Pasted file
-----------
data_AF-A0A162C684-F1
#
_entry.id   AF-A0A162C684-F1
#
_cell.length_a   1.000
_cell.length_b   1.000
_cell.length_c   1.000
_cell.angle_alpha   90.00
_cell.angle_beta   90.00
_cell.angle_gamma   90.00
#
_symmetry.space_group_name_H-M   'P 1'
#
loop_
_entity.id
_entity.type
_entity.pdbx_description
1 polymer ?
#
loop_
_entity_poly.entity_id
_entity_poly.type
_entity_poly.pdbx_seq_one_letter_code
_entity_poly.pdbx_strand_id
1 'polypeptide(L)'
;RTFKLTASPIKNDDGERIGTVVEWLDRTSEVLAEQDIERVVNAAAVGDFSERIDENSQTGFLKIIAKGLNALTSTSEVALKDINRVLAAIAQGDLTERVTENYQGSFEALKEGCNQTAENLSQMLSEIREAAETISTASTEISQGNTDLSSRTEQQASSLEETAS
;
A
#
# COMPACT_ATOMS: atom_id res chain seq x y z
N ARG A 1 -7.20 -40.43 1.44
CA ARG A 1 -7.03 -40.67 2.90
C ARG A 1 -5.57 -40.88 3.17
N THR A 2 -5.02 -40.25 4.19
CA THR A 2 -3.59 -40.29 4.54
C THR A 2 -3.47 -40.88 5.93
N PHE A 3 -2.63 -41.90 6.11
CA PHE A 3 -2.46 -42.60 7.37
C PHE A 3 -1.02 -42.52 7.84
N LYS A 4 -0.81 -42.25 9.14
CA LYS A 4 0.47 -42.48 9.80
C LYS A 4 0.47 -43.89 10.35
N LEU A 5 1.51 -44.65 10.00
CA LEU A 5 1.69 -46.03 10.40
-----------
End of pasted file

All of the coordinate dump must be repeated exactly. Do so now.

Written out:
data_AF-A0A162C684-F1
#
_entry.id   AF-A0A162C684-F1
#
_cell.length_a   1.000
_cell.length_b   1.000
_cell.length_c   1.000
_cell.angle_alpha   90.00
_cell.angle_beta   90.00
_cell.angle_gamma   90.00
#
_symmetry.space_group_name_H-M   'P 1'
#
loop_
_entity.id
_entity.type
_entity.pdbx_description
1 polymer ?
#
loop_
_entity_poly.entity_id
_entity_poly.type
_entity_poly.pdbx_seq_one_letter_code
_entity_poly.pdbx_strand_id
1 'polypeptide(L)'
;RTFKLTASPIKNDDGERIGTVVEWLDRTSEVLAEQDIERVVNAAAVGDFSERIDENSQTGFLKIIAKGLNALTSTSEVALKDINRVLAAIAQGDLTERVTENYQGSFEALKEGCNQTAENLSQMLSEIREAAETISTASTEISQGNTDLSSRTEQQASSLEETAS
;
A
#
# COMPACT_ATOMS: atom_id res chain seq x y z
N ARG A 1 -7.20 -40.43 1.44
CA ARG A 1 -7.03 -40.67 2.90
C ARG A 1 -5.57 -40.88 3.17
N THR A 2 -5.02 -40.25 4.19
CA THR A 2 -3.59 -40.29 4.54
C THR A 2 -3.47 -40.88 5.93
N PHE A 3 -2.63 -41.90 6.11
CA PHE A 3 -2.46 -42.60 7.37
C PHE A 3 -1.02 -42.52 7.84
N LYS A 4 -0.81 -42.25 9.14
CA LYS A 4 0.47 -42.48 9.80
C LYS A 4 0.47 -43.89 10.35
N LEU A 5 1.51 -44.65 10.00
CA LEU A 5 1.69 -46.03 10.40